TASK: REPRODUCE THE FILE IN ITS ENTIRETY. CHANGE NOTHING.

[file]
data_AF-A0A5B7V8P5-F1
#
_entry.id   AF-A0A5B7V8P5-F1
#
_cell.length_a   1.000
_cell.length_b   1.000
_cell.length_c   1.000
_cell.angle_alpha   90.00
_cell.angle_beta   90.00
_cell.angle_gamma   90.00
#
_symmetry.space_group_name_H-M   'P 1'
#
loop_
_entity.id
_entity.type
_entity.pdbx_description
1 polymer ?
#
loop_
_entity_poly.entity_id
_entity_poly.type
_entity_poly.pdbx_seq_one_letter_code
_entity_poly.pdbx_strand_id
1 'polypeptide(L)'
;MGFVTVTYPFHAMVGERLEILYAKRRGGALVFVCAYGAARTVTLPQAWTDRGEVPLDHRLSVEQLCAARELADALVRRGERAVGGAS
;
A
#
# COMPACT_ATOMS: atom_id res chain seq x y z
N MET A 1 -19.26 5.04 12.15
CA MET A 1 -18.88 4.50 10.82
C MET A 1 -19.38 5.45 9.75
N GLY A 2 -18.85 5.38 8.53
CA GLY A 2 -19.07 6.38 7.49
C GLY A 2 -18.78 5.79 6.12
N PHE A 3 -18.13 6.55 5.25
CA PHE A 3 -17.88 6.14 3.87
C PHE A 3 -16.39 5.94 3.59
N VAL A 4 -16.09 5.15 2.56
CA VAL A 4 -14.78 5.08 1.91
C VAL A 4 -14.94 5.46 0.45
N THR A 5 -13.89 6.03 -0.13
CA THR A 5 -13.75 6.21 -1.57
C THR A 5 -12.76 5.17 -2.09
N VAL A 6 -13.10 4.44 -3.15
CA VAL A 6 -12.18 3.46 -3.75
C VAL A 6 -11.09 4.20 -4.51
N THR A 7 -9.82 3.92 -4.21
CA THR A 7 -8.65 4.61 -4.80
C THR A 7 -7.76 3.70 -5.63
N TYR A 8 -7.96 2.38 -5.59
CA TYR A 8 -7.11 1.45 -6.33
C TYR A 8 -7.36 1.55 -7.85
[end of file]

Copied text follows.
data_AF-A0A5B7V8P5-F1
#
_entry.id   AF-A0A5B7V8P5-F1
#
_cell.length_a   1.000
_cell.length_b   1.000
_cell.length_c   1.000
_cell.angle_alpha   90.00
_cell.angle_beta   90.00
_cell.angle_gamma   90.00
#
_symmetry.space_group_name_H-M   'P 1'
#
loop_
_entity.id
_entity.type
_entity.pdbx_description
1 polymer ?
#
loop_
_entity_poly.entity_id
_entity_poly.type
_entity_poly.pdbx_seq_one_letter_code
_entity_poly.pdbx_strand_id
1 'polypeptide(L)'
;MGFVTVTYPFHAMVGERLEILYAKRRGGALVFVCAYGAARTVTLPQAWTDRGEVPLDHRLSVEQLCAARELADALVRRGERAVGGAS
;
A
#
# COMPACT_ATOMS: atom_id res chain seq x y z
N MET A 1 -19.26 5.04 12.15
CA MET A 1 -18.88 4.50 10.82
C MET A 1 -19.38 5.45 9.75
N GLY A 2 -18.85 5.38 8.53
CA GLY A 2 -19.07 6.38 7.49
C GLY A 2 -18.78 5.79 6.12
N PHE A 3 -18.13 6.55 5.25
CA PHE A 3 -17.88 6.14 3.87
C PHE A 3 -16.39 5.94 3.59
N VAL A 4 -16.09 5.15 2.56
CA VAL A 4 -14.78 5.08 1.91
C VAL A 4 -14.94 5.46 0.45
N THR A 5 -13.89 6.03 -0.13
CA THR A 5 -13.75 6.21 -1.57
C THR A 5 -12.76 5.17 -2.09
N VAL A 6 -13.10 4.44 -3.15
CA VAL A 6 -12.18 3.46 -3.75
C VAL A 6 -11.09 4.20 -4.51
N THR A 7 -9.82 3.92 -4.21
CA THR A 7 -8.65 4.61 -4.80
C THR A 7 -7.76 3.70 -5.63
N TYR A 8 -7.96 2.38 -5.59
CA TYR A 8 -7.11 1.45 -6.33
C TYR A 8 -7.36 1.55 -7.85